To the then 32-year-old Bevan, Westminster’s seat of power seemed to have a church-like quality with its vaulted roofs and stained glass windows. The rows of statues of Britain’s great statesmen, the echoing halls, the Serjeant-at-Arms’ soft-footed attendants, the whispered conversations—all were alien and all seemed designed to overawe and intimidate a working class miner from the Welsh valleys.
Bevan pronounced it a form of “ancestor worship” before reminding himself and his working class readers that these were not “our” ancestors.
If the current opinion polls are accurate, more than 40 new SNP members will, like Bevan before them, be introduced to “parliamentary mysteries” that will be outside anything they have previously experienced.
The 2015 Parliament that convenes later this year may be a very different and reformed institution compared to its 1929 predecessor, but at its core it remains a deeply conservative force and influence that has successfully held together a democratically flawed “Crown State” for more than 300 years. New MPs should be warned.
Since the widening of the franchise to include workers, Westminster has successfully withstood waves of would be revolutionaries. In 1914 Labour, as a member of the Second Socialist International, was a committed anti-war party pledged to use any war crisis to bring about social revolution. On the outbreak of the war its MPs voted for the patriotic war and joined with the other bourgeois parties on the green benches in singing “God Save the King”.
The “Red Clydeside” MPs elected in 1922 pledged that the atmosphere of the Clyde would get the better of the House of Commons. It never happened.
Then left-wing firebrands like Davie Kirkwood and Manny Shinwell would end their Westminster days wrapped in ermine and safely ensconced in the House of Lords. Jimmy Maxton, the most iconic of the Clydeside revolutionaries, would later be patronised by Churchill as “the finest gentleman in the House of Commons”.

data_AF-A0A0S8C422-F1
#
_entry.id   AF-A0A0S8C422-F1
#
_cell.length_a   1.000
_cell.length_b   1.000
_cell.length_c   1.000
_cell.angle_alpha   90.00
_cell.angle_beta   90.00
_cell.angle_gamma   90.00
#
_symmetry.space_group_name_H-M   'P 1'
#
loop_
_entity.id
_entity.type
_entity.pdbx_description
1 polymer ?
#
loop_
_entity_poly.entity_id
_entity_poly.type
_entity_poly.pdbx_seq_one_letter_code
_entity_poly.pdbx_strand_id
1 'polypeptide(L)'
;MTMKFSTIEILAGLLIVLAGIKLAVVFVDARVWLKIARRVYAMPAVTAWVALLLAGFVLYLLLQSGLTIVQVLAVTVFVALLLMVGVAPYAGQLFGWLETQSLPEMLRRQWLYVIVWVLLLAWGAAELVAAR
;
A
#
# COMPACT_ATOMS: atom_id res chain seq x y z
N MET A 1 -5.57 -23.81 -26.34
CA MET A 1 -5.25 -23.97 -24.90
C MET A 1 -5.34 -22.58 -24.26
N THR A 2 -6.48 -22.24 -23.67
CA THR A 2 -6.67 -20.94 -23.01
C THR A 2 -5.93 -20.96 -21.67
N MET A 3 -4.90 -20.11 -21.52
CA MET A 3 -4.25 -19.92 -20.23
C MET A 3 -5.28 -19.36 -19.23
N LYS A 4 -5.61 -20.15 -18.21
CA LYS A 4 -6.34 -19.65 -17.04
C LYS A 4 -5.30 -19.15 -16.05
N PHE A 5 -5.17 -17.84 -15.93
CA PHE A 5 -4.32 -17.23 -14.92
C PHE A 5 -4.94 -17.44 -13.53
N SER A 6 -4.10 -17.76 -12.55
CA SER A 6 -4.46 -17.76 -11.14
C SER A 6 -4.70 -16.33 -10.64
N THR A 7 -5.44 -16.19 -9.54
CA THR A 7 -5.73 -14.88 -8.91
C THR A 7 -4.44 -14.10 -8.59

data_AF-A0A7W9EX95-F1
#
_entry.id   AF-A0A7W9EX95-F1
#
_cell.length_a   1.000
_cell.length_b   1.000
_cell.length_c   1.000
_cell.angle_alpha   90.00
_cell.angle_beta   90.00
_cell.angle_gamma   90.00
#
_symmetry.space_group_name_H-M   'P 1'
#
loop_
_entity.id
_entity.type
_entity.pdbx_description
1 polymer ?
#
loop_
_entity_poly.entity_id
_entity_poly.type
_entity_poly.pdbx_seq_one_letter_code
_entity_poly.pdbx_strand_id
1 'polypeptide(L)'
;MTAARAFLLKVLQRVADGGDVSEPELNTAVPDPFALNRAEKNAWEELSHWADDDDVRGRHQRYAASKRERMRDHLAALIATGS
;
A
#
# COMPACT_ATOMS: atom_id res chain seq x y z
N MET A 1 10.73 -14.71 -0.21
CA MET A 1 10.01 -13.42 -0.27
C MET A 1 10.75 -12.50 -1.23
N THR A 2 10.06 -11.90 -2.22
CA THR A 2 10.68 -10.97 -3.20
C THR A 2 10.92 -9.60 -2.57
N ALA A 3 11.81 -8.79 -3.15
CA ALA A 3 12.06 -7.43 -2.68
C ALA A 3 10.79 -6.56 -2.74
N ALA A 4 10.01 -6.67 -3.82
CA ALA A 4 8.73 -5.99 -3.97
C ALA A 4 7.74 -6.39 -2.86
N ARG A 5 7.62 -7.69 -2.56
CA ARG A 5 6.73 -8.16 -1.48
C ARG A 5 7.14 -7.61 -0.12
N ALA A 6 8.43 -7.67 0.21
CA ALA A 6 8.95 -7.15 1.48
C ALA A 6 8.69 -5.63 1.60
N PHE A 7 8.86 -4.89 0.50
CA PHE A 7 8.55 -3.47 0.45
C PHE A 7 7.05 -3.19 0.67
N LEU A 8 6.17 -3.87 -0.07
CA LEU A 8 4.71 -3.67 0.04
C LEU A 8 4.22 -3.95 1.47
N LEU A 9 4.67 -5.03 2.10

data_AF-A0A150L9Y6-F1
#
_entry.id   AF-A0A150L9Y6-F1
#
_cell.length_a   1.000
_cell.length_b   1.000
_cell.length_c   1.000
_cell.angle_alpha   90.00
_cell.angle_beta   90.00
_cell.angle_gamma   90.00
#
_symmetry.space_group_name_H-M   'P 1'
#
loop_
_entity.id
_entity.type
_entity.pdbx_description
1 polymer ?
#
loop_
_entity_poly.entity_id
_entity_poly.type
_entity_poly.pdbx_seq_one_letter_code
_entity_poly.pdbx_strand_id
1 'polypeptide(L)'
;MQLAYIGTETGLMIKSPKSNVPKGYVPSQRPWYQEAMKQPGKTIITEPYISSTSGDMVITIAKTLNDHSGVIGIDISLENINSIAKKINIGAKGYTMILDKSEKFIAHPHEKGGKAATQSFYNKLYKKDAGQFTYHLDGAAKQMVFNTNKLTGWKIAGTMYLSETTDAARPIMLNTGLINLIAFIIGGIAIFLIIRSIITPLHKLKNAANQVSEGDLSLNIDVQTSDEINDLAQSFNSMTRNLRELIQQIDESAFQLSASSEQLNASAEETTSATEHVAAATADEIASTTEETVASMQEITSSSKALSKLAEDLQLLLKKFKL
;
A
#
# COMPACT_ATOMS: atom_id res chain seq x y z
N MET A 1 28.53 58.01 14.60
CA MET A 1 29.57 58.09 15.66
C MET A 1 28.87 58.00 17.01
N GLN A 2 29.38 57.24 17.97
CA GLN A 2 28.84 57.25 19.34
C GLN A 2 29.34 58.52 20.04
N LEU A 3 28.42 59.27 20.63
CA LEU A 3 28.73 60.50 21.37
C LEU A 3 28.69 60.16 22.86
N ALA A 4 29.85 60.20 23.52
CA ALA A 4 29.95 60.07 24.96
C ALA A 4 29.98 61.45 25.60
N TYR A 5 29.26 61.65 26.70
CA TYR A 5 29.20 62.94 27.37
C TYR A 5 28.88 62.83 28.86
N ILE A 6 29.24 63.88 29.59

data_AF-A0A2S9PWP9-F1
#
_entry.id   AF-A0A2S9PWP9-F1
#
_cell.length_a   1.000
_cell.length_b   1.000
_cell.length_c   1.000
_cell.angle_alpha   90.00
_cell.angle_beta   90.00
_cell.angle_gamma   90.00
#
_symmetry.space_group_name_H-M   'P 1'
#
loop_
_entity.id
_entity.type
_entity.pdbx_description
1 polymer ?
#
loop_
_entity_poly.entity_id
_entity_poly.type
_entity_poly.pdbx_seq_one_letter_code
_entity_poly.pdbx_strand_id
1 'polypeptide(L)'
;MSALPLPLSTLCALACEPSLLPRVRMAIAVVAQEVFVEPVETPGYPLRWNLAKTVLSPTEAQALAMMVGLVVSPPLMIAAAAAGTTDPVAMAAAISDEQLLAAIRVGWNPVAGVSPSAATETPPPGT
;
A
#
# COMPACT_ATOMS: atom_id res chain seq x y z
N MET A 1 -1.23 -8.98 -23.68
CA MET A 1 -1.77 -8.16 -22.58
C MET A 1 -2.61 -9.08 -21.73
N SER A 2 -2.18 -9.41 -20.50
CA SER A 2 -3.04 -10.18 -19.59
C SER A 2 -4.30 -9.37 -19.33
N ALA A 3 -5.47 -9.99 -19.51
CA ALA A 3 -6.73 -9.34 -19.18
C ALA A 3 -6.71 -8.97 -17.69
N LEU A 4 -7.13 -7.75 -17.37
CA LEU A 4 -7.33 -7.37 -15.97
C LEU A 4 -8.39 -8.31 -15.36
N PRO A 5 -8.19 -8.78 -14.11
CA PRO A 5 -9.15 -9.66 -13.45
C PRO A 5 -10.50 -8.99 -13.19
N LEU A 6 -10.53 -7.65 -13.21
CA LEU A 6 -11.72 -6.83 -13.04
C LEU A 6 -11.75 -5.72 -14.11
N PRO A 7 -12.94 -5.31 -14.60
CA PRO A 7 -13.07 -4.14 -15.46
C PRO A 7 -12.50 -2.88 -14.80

When he died in 1946, the entire House of Commons stood for a minute’s silence, a tribute without precedence for a back-bencher. The list could go on.
Part of Westminster’s continuing allure is the atmosphere it generates of being the “most exclusive club in Europe”. In the next Parliament, members will have a basic salary of £74,000 plus expenses. They will automatically carry the title of “Honourable Member”.
Staff across the parliamentary estate will be charged with recognising who they are and then treating them with due deference and respect. They will have access to subsidised “member only” bars and dining rooms. Only members and their guests will be allowed on the exclusive terrace that overlooks the Thames.
Members from far-flung constituencies enjoy first class air and rail travel. They are entitled to second homes in London. Through cross-party parliamentary groups, they will be able to join fact-finding missions to every corner of the world. Their ringside seat at the UK’s centre of political power brings with it the attention of other powerful and wealthy interests.
Gordon Brown earned almost £1million and George Galloway over £300,000 in outside earnings in the most recent year. Once inside the magic Westminster bubble the world can look a very different place.
Westminster also sets the boundaries within which “national” politics are conducted. Since the onset of capitalism’s latest crisis in 2008, dealing with the Government’s deficit has been the dominant theme of political debate. The big three Westminster parties are all committed to austerity and to a slash and burn attack on public spending and services.
Absurdly, Labour—the would-be peoples’ party—has even based its appeal to workers on the theme of a “Budget Responsibility Lock”. Challengers to this orthodoxy will be dismissed across the Westminster influenced media as “deficit deniers”.
Those elected next month on an anti-austerity ticket will be charged with challenging that orthodoxy. On arrival in London, they will be beset on one side by flattery and temptation and on the other by the unforgiving hostility of a House that is overwhelmingly unionist.
Their personal behaviour will come under the scrutiny of rival Whips, a biased media and security services that rate Scottish independence as a threat to UK national security. They will need the strength of lions and the solidarity of each other if they are to survive in the longer term.
Scotland’s newly elected MPs will arrive in London as Westminster outsiders. If they are to retain the trust of those who voted for them and complete the job they have been elected to do, they must remain outside the Westminster bubble.